Time management is a tricky business, if you ask me. I don’t believe there is a one-size-fits-all template that truly works for everyone. I do, however, believe that by sharing our different approaches to time management we can help inspire and motivate each other to carve our own path. In this spirit I thought I would share my current approach to time management with you, including a look at my new weekly schedule. Keep in mind that this schedule is fine-tuned to meet my unique needs. You need to consider your own requirements for a functioning schedule that works for you.
Step 1 – Big Picture Planning
I like to work on goal setting every January. The new year provides a perfect opportunity to reflect on what worked and what didn’t the previous year and make changes keeping these considerations in mind. After contemplating my 2014 objectives (which you can read more about here if you’d like), I had a good grasp of my big picture goals for the year. Using the big picture as a starting off point in goal setting allowed me to not get too flustered by the minutia right off the bat. Scaling down to weekly goals came rather easily to me after I had spent adequate time on the big stuff. Here is what I came up with:
I find that less is more in this stage of the game. Again, getting caught up in the minutia at this point has always derailed me in the past. Listing every single little task ends up feeling overwhelming, especially when it comes time to sort those tasks into a weekly schedule. I chose to split my weekly goals into two main categories, work and personal, and limited myself to just a few bullet points under each. I already know the details that go into making each of these goals happen. By leaving out the little stuff I allowed myself a chance to look at the week in a more manageable way.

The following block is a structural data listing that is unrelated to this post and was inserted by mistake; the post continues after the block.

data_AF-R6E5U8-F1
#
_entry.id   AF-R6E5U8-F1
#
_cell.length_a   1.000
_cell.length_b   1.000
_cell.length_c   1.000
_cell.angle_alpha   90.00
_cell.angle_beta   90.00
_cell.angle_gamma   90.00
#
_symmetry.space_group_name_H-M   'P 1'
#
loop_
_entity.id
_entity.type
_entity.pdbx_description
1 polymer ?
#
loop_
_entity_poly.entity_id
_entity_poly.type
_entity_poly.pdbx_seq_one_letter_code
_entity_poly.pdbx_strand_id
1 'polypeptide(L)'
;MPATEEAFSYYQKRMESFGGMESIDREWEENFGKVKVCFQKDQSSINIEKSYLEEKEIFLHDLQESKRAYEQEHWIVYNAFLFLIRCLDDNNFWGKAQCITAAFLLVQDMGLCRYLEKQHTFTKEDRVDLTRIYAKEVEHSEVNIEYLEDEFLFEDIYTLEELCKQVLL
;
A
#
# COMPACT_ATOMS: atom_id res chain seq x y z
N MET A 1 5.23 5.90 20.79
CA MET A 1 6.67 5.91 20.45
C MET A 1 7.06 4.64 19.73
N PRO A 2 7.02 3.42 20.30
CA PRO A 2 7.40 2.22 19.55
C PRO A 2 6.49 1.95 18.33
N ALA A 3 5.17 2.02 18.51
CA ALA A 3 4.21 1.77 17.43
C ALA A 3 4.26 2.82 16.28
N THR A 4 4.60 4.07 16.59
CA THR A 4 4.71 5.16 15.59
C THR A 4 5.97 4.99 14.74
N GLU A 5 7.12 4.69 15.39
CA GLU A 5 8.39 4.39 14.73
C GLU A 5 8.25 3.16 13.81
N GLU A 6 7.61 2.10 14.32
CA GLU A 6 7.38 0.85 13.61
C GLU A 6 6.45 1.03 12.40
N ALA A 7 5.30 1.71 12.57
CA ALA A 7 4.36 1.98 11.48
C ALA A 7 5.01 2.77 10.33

FYI – When I refer to “Pack Time” I am referring my family, which is my pack 🙂
Step 2 – Create A Work Schedule
For me, creating a work schedule meant taking my work goals for the week, which require more planning than my personal ones, and placing them into a week at-a-glance timetable. If you work outside of the home or are a student chances are you already have a work schedule provided for you. If you’re mainly at home or do freelance work, creating a work schedule can help add structure to your days. I don’t believe this has to apply only to professionals, but can also be an effective tool for stay at home moms and housewives. I personally find there is a lot of freedom in having structure if it helps you be productive without feeling overwhelmed or burned out. Here is my current work schedule:
I’ve set it up in the simplest way possible, again so as to not overwhelming myself with the details. I already know what goes into making each of those videos and blog posts happen and trying to squeeze those things onto this schedule would disrupt its usefulness. I use my planners and daily to-do lists to manage those sorts of details. My goal is to work mainly on weekdays and ultimately have any given video and blog post finished and scheduled the day before it goes up. Using the schedule above allows me to post new content 4-5 days per week, working on my TBBB post on Monday, my MHWL post on Wednesday, and so on. I think this is a much more realistic and manageable approach to creating content than my structureless, all-consuming methods of the past. I’ve also made space for some of the other important components of my work, including my tumblrs and social media (such as Twitter, Instagram, & Facebook), as well as correspondence. It is important to stay on top of all of these things to maintain my community presence, which is why they warrant being put on the schedule.